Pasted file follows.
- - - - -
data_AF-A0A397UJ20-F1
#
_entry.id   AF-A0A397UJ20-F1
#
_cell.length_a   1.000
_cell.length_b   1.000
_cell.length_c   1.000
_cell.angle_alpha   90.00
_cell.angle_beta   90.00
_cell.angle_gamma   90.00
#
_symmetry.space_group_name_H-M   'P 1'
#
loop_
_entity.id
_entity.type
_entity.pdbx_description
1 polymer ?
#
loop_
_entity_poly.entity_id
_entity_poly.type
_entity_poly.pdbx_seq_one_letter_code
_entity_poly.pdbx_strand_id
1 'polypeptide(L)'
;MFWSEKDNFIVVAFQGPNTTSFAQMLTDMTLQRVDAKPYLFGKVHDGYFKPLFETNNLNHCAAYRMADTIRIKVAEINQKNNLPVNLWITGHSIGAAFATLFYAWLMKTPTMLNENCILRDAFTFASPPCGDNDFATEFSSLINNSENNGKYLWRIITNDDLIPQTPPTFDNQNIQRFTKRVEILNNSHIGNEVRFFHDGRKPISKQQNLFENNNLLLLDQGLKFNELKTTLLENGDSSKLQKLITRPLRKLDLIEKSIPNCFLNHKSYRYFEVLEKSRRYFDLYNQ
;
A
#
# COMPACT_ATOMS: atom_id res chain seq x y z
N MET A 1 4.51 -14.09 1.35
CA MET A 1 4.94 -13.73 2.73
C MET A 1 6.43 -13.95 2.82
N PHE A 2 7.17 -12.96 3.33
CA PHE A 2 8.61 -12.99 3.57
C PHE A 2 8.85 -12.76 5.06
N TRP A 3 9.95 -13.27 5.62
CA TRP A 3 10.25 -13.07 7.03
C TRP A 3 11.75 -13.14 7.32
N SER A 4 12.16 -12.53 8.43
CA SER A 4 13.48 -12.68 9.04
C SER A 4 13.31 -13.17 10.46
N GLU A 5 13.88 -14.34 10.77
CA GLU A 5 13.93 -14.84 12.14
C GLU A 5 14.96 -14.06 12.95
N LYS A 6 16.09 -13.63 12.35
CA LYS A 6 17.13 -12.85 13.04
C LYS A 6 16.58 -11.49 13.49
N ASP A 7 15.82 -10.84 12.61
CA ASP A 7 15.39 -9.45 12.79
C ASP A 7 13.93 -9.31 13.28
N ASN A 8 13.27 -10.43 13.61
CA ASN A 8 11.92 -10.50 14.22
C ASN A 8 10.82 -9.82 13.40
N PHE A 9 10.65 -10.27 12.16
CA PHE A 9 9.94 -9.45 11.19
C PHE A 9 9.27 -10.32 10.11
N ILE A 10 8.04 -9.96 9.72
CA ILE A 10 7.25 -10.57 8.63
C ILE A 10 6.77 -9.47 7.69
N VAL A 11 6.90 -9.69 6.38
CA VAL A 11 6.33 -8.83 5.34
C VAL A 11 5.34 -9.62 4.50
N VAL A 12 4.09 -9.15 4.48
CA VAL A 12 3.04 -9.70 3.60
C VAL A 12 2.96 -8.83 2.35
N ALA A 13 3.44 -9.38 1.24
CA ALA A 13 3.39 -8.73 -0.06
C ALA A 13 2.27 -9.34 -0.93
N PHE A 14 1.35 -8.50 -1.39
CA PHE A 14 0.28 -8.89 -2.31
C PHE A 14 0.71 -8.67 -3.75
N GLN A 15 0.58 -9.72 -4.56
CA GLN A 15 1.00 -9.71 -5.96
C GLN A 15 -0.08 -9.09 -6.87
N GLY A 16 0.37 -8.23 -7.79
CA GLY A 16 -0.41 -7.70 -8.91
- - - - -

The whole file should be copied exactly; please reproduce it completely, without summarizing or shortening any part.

data_AF-A0A397UJ20-F1
#
_entry.id   AF-A0A397UJ20-F1
#
_cell.length_a   1.000
_cell.length_b   1.000
_cell.length_c   1.000
_cell.angle_alpha   90.00
_cell.angle_beta   90.00
_cell.angle_gamma   90.00
#
_symmetry.space_group_name_H-M   'P 1'
#
loop_
_entity.id
_entity.type
_entity.pdbx_description
1 polymer ?
#
loop_
_entity_poly.entity_id
_entity_poly.type
_entity_poly.pdbx_seq_one_letter_code
_entity_poly.pdbx_strand_id
1 'polypeptide(L)'
;MFWSEKDNFIVVAFQGPNTTSFAQMLTDMTLQRVDAKPYLFGKVHDGYFKPLFETNNLNHCAAYRMADTIRIKVAEINQKNNLPVNLWITGHSIGAAFATLFYAWLMKTPTMLNENCILRDAFTFASPPCGDNDFATEFSSLINNSENNGKYLWRIITNDDLIPQTPPTFDNQNIQRFTKRVEILNNSHIGNEVRFFHDGRKPISKQQNLFENNNLLLLDQGLKFNELKTTLLENGDSSKLQKLITRPLRKLDLIEKSIPNCFLNHKSYRYFEVLEKSRRYFDLYNQ
;
A
#
# COMPACT_ATOMS: atom_id res chain seq x y z
N MET A 1 4.51 -14.09 1.35
CA MET A 1 4.94 -13.73 2.73
C MET A 1 6.43 -13.95 2.82
N PHE A 2 7.17 -12.96 3.33
CA PHE A 2 8.61 -12.99 3.57
C PHE A 2 8.85 -12.76 5.06
N TRP A 3 9.95 -13.27 5.62
CA TRP A 3 10.25 -13.07 7.03
C TRP A 3 11.75 -13.14 7.32
N SER A 4 12.16 -12.53 8.43
CA SER A 4 13.48 -12.68 9.04
C SER A 4 13.31 -13.17 10.46
N GLU A 5 13.88 -14.34 10.77
CA GLU A 5 13.93 -14.84 12.14
C GLU A 5 14.96 -14.06 12.95
N LYS A 6 16.09 -13.63 12.35
CA LYS A 6 17.13 -12.85 13.04
C LYS A 6 16.58 -11.49 13.49
N ASP A 7 15.82 -10.84 12.61
CA ASP A 7 15.39 -9.45 12.79
C ASP A 7 13.93 -9.31 13.28
N ASN A 8 13.27 -10.43 13.61
CA ASN A 8 11.92 -10.50 14.22
C ASN A 8 10.82 -9.82 13.40
N PHE A 9 10.65 -10.27 12.16
CA PHE A 9 9.94 -9.45 11.19
C PHE A 9 9.27 -10.32 10.11
N ILE A 10 8.04 -9.96 9.72
CA ILE A 10 7.25 -10.57 8.63
C ILE A 10 6.77 -9.47 7.69
N VAL A 11 6.90 -9.69 6.38
CA VAL A 11 6.33 -8.83 5.34
C VAL A 11 5.34 -9.62 4.50
N VAL A 12 4.09 -9.15 4.48
CA VAL A 12 3.04 -9.70 3.60
C VAL A 12 2.96 -8.83 2.35
N ALA A 13 3.44 -9.38 1.24
CA ALA A 13 3.39 -8.73 -0.06
C ALA A 13 2.27 -9.34 -0.93
N PHE A 14 1.35 -8.50 -1.39
CA PHE A 14 0.28 -8.89 -2.31
C PHE A 14 0.71 -8.67 -3.75
N GLN A 15 0.58 -9.72 -4.56
CA GLN A 15 1.00 -9.71 -5.96
C GLN A 15 -0.08 -9.09 -6.87
N GLY A 16 0.37 -8.23 -7.79
CA GLY A 16 -0.41 -7.70 -8.91